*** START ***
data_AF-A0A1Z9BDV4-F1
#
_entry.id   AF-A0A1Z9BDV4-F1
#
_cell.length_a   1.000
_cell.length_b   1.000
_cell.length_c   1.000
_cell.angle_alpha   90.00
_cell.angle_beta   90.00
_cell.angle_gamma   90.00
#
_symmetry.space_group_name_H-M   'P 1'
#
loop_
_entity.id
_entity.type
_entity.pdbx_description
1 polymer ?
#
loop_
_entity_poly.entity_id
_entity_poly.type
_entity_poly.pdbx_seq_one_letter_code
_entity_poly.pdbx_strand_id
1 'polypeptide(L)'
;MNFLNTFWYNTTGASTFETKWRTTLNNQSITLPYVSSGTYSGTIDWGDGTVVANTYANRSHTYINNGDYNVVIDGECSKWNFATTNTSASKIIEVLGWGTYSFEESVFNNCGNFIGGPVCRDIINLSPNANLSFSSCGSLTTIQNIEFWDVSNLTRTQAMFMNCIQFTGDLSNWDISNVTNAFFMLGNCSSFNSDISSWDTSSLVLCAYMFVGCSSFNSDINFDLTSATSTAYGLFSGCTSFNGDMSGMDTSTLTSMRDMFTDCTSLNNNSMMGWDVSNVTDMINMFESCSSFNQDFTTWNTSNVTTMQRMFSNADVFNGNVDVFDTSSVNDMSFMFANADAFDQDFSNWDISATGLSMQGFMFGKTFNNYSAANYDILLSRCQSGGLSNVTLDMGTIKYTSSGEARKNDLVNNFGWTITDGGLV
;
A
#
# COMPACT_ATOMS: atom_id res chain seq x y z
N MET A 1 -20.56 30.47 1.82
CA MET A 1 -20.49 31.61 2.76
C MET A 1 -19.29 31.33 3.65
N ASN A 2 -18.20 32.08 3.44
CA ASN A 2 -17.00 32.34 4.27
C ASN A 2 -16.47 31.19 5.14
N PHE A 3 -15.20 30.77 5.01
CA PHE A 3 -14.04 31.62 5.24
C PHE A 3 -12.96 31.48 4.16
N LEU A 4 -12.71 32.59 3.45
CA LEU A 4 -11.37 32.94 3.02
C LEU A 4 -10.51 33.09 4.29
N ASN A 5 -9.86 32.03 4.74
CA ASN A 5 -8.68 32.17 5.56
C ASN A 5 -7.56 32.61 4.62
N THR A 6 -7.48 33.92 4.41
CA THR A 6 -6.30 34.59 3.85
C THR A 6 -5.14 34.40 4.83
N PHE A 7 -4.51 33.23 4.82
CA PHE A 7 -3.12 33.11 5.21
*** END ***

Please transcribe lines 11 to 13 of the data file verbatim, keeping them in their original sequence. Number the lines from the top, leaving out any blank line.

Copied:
#
_symmetry.space_group_name_H-M   'P 1'
#